The suite is designed to give you a way to easily implement an active, ESG-integrated, global asset allocation strategy via a combination of solutions, including exchange-traded funds (ETFs) and mutual funds. These portfolios combine a long-term strategic focus with the flexibility to shift the asset mix based on the relative merits and risk-reward balance of equities, bonds, sectors, and regions.
Through active management, the portfolio suite also seeks to earn a total return in excess of each portfolio’s neutral asset allocation model.
While ESG momentum has been unstoppable, there are further indications ESG may even grow in importance. Throughout 2020, responsible investing products saw extremely strong flows. Morningstar reported that asset flows to sustainable funds were greater than $51.1 billion, up from $21.4 billion in all of 2019 or a year-over-year increase of 139 percent. Furthermore, flows into responsible investing products were 24 percent of all flows into stock and bond funds during 2020.
A critical factor for the enduring appeal of ESG as an investment strategy is that investment decisions are increasingly being made by women. According to an RBC Wealth Management client survey conducted in February 2020, female clients are significantly more likely than male clients to have a positive outlook toward, and want to learn more about, ESG investing.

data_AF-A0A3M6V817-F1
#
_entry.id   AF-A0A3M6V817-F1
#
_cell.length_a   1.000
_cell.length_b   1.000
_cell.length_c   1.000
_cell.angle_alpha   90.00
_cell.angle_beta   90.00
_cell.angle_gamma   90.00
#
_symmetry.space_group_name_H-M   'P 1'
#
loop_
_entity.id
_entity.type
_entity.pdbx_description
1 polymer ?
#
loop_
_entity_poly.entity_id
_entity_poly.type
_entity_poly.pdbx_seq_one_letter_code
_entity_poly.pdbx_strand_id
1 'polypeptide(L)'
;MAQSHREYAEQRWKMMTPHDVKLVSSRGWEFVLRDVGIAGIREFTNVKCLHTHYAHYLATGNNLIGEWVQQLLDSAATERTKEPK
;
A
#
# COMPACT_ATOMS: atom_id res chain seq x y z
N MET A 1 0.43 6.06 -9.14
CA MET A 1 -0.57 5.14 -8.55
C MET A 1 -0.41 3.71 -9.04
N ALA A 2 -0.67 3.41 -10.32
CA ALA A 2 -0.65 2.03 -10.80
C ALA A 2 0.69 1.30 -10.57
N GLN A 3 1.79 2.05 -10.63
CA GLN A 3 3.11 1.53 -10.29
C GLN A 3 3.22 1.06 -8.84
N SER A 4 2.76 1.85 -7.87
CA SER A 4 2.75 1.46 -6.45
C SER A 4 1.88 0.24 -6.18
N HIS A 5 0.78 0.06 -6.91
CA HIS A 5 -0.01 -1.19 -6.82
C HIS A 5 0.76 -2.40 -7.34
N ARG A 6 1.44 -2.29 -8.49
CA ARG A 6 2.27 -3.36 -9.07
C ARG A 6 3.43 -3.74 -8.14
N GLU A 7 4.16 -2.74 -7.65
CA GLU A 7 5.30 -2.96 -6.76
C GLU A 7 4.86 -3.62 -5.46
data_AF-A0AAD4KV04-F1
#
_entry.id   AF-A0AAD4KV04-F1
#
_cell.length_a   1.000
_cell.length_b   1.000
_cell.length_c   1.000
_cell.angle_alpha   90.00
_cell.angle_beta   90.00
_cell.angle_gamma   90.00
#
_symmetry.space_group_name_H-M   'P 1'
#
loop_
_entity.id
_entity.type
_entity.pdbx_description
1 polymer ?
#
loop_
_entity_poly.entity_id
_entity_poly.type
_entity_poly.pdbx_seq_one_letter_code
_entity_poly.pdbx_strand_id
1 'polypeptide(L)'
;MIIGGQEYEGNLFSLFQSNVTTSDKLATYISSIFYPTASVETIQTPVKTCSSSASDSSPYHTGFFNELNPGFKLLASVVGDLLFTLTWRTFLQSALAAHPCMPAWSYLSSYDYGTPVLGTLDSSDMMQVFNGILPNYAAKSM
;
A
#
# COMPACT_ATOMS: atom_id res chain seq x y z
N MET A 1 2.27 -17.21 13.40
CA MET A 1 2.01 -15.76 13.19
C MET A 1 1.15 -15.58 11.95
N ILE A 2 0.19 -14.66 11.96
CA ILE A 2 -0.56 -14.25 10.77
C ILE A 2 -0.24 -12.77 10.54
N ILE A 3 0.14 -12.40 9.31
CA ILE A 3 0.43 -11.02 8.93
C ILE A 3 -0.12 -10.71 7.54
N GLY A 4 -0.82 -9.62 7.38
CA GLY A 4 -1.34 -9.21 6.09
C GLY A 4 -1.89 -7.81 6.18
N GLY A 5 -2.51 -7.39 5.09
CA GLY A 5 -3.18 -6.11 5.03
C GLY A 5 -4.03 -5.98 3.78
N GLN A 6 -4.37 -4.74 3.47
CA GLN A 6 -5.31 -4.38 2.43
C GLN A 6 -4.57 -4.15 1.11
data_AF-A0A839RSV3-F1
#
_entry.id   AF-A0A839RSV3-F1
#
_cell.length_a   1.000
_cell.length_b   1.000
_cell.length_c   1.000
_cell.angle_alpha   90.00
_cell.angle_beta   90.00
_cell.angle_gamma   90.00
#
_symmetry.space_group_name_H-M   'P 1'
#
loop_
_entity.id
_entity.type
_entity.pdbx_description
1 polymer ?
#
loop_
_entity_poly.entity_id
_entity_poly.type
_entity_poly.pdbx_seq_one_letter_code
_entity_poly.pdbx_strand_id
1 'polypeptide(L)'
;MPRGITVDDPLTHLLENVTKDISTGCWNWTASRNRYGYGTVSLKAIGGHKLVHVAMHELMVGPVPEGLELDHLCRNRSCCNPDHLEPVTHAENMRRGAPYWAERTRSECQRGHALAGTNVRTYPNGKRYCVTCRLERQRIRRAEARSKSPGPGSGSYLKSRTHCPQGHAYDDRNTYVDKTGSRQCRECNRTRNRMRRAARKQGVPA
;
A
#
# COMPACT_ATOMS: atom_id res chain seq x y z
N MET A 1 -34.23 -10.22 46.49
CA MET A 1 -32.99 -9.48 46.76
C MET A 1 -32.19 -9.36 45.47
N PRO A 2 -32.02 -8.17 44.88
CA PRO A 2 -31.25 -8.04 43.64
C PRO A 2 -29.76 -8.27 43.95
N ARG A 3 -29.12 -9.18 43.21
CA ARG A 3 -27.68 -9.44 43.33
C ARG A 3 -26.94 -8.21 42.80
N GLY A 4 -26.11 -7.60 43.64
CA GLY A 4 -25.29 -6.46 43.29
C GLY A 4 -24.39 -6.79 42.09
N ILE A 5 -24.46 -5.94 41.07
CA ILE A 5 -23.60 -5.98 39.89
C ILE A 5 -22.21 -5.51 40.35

According to the client survey, female clients are more than twice as likely as male clients to say it is extremely important that companies they invest in integrate ESG factors into their policies and decisions (23 percent of women compared to 10 percent of men). The survey also indicated female clients are significantly more likely to have a discussion with their RBC financial professional about ESG investing within the next year than male clients (60 percent of women compared to 38 percent of men).
In addition to high interest in ESG among women investors, younger investors in general have demonstrated a laser focus on sustainability issues. The number of people in these two demographic groups (women and younger investors) compared to the overall population, means that together they may have the sheer scale to shape the future of investing.